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Womens Suffrage in Britain

            In 1867 it was suggested to Parliament by John Stuart Mill that women should get the vote. This was refused but women began to take action and this issue grew in importance, until women were given the vote in 1918, just after World War One. But why was there a lack of success of the movements for women's suffrage in achieving their aims by 1914 and why were they successful in getting the vote after World War One? There were two groups of women who each used different means to try and win women the right to vote. The first group of women were the Suffragists.
             The Suffragists used peaceful activities to make their cause known. They held meetings, produced pamphlets, drew up petitions and tried to win MP's support. Until 1914 the Suffragists thought that because not all men had the vote neither should all women. The Suffragists peaceful activities did not attract much publicity or interest for their struggle as pamphlets and petitions do not make exciting news. This is probably a reason why they were unsuccessful. Perhaps if the Suffragists had joined together with all the disenfranchised men also fighting for the vote they may have been more successful. This is because there would have been more people campaigning for the same thing and there is strength in numbers, showing the Government that for many the fight for the vote was very important. However their would have been a problem with this as many of the disenfranchised men believed that women were not as important as them and so thought that women should not be entitled to the vote.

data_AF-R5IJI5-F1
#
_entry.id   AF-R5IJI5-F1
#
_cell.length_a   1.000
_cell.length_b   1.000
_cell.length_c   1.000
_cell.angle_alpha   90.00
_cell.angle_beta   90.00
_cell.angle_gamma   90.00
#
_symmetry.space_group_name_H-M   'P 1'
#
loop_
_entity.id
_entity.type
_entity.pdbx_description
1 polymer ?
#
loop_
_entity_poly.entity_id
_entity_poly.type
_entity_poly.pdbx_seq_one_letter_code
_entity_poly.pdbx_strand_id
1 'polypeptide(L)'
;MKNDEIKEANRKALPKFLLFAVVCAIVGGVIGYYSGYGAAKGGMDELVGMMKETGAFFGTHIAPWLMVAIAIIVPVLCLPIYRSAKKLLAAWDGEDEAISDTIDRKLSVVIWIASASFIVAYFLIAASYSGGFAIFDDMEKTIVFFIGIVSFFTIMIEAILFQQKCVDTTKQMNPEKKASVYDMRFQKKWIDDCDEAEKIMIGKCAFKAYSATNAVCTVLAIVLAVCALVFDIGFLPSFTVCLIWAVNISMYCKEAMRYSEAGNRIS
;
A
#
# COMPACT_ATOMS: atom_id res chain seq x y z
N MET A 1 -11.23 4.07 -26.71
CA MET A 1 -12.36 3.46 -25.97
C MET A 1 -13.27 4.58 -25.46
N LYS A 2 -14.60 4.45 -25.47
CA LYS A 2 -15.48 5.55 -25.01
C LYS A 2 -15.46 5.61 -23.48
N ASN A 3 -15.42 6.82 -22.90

The other group of women were known as the Suffragettes who were more militant and aggressive than the Suffragists. They interrupted political meetings with banner waving and heckling and organised rallies, marches and petitions. When they were still unsuccessful in winning votes for women they began taking part in illegal activities such as smashing windows, setting properties on fire, pouring acid through letterboxes and destroying golf courses and this resulted in imprisonment when caught.

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